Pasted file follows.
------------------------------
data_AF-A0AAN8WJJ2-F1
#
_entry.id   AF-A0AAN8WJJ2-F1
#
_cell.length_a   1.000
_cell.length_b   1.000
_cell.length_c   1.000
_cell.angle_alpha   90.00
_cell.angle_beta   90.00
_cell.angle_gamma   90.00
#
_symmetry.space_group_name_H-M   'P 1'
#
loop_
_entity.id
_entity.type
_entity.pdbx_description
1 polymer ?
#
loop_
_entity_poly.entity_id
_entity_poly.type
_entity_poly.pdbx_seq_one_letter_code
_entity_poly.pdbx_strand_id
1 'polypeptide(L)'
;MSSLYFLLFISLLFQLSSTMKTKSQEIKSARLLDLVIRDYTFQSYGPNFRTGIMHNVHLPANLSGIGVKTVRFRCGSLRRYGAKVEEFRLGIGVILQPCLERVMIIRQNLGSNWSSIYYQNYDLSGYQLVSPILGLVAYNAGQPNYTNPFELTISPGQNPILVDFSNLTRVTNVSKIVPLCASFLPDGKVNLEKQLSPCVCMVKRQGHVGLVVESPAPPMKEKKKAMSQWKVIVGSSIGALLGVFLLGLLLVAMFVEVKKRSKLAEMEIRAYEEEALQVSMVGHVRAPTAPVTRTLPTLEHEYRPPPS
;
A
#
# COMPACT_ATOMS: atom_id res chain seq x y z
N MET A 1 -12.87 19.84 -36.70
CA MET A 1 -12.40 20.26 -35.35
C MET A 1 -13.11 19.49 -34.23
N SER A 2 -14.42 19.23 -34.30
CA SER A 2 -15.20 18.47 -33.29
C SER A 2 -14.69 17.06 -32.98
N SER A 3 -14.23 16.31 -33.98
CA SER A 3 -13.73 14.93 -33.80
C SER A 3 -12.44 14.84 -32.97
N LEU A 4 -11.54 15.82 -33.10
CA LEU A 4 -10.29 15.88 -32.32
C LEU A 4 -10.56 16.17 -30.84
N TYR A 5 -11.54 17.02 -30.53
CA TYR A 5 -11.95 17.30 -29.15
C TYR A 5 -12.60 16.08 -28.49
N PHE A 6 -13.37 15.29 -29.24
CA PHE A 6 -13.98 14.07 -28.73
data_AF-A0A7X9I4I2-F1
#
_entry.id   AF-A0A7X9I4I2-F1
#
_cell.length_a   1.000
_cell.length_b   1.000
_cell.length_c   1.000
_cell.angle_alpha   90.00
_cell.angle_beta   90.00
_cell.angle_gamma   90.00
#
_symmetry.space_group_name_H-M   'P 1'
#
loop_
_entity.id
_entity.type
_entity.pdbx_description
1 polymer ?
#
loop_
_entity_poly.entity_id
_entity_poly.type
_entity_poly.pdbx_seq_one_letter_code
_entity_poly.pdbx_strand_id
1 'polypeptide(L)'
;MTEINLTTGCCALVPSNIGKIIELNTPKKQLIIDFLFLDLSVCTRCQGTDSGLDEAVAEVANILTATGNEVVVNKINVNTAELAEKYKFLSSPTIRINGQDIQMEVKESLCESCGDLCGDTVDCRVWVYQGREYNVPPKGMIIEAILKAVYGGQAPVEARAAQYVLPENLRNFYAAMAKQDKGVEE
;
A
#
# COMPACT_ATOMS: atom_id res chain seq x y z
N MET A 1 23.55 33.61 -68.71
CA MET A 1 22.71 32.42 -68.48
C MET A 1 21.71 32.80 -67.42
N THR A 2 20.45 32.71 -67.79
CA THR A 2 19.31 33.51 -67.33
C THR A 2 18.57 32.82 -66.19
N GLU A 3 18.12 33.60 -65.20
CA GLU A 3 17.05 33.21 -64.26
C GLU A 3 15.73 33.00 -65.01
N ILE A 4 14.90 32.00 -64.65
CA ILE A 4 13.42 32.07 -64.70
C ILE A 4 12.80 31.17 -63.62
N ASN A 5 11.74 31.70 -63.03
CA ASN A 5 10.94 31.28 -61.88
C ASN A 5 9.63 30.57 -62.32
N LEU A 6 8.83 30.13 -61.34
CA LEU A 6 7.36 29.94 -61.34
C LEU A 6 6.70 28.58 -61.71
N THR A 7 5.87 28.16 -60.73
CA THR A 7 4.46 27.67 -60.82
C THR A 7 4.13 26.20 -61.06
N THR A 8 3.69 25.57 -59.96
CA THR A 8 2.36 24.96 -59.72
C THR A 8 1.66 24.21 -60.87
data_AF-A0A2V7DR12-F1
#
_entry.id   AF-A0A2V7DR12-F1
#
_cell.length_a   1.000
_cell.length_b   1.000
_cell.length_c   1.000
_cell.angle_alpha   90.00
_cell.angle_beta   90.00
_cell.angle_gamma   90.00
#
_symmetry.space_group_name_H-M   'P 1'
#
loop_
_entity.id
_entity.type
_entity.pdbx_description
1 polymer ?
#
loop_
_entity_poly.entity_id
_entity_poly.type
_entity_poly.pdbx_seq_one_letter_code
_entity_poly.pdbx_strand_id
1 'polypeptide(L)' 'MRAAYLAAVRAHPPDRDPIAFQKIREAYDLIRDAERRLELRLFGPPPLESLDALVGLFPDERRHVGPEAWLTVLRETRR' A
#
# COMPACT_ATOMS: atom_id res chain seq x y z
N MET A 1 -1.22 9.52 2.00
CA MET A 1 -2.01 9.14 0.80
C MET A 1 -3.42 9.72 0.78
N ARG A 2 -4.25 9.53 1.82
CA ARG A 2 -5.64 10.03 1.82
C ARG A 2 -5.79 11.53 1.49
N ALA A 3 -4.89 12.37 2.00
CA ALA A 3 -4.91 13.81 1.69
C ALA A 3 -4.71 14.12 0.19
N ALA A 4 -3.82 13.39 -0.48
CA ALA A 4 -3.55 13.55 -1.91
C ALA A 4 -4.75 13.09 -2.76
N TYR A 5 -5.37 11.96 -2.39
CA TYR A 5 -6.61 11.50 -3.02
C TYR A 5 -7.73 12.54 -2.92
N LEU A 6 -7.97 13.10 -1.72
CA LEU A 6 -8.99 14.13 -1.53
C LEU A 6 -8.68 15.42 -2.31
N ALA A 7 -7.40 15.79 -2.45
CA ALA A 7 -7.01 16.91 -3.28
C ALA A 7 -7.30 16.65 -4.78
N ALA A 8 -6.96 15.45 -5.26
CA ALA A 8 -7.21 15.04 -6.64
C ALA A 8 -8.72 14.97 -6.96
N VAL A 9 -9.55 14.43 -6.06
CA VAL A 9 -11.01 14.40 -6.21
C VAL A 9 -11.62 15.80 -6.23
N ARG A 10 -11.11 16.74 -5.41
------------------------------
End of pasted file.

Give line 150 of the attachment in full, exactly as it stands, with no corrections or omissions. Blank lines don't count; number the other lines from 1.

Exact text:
N ALA A 8 -6.96 15.45 -5.26